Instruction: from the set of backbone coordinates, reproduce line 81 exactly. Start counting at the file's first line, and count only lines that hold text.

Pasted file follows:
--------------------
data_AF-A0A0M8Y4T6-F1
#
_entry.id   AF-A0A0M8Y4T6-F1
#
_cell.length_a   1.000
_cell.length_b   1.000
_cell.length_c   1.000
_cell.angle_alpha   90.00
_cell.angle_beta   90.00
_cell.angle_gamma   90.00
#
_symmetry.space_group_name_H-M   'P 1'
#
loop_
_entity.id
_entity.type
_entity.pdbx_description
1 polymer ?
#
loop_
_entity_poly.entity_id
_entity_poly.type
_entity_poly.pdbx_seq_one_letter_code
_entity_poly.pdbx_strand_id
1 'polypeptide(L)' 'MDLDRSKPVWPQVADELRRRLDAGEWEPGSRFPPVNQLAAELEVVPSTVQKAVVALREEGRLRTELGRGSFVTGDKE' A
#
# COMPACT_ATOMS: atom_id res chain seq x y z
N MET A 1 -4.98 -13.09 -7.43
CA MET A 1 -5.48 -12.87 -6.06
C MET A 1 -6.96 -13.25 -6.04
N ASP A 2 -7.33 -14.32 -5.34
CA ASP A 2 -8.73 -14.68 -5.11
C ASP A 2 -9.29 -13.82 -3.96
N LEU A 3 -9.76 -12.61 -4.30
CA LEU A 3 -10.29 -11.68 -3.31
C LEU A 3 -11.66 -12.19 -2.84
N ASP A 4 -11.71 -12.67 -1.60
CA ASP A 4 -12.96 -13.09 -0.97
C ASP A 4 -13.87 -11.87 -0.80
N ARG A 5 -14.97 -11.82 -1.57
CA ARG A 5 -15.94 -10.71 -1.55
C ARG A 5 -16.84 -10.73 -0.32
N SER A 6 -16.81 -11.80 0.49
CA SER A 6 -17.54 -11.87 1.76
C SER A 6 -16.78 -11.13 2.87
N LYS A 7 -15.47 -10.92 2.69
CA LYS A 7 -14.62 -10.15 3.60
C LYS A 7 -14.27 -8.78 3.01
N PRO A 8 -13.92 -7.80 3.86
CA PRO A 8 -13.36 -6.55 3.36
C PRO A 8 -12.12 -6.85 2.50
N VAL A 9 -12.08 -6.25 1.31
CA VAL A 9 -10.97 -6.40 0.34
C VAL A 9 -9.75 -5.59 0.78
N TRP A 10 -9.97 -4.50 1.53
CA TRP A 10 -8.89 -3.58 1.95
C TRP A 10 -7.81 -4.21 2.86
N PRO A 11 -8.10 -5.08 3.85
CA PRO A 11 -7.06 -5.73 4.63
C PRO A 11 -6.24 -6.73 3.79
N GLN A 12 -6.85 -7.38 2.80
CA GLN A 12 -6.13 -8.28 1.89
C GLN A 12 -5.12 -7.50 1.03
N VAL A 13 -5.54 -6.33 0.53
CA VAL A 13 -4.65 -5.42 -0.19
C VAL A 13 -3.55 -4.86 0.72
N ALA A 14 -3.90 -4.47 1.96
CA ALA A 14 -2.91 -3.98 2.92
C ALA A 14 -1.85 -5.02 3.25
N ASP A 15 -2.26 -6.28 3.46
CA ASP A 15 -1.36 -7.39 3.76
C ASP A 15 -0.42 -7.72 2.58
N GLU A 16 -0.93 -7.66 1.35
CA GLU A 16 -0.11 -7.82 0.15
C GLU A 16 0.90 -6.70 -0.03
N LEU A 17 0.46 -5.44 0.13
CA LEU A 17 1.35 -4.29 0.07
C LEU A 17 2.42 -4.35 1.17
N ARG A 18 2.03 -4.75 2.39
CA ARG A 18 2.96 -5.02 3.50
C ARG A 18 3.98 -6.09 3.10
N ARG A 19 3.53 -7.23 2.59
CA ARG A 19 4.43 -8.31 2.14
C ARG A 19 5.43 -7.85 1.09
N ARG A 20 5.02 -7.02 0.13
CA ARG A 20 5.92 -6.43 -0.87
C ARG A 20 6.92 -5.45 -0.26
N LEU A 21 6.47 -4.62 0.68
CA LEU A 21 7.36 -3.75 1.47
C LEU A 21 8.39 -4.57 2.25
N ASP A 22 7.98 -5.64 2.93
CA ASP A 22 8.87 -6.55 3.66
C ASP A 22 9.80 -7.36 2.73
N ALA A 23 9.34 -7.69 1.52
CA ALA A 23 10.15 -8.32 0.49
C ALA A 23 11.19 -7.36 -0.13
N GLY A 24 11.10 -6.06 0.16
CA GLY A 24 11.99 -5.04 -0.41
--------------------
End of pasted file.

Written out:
C ARG A 18 3.98 -6.09 3.10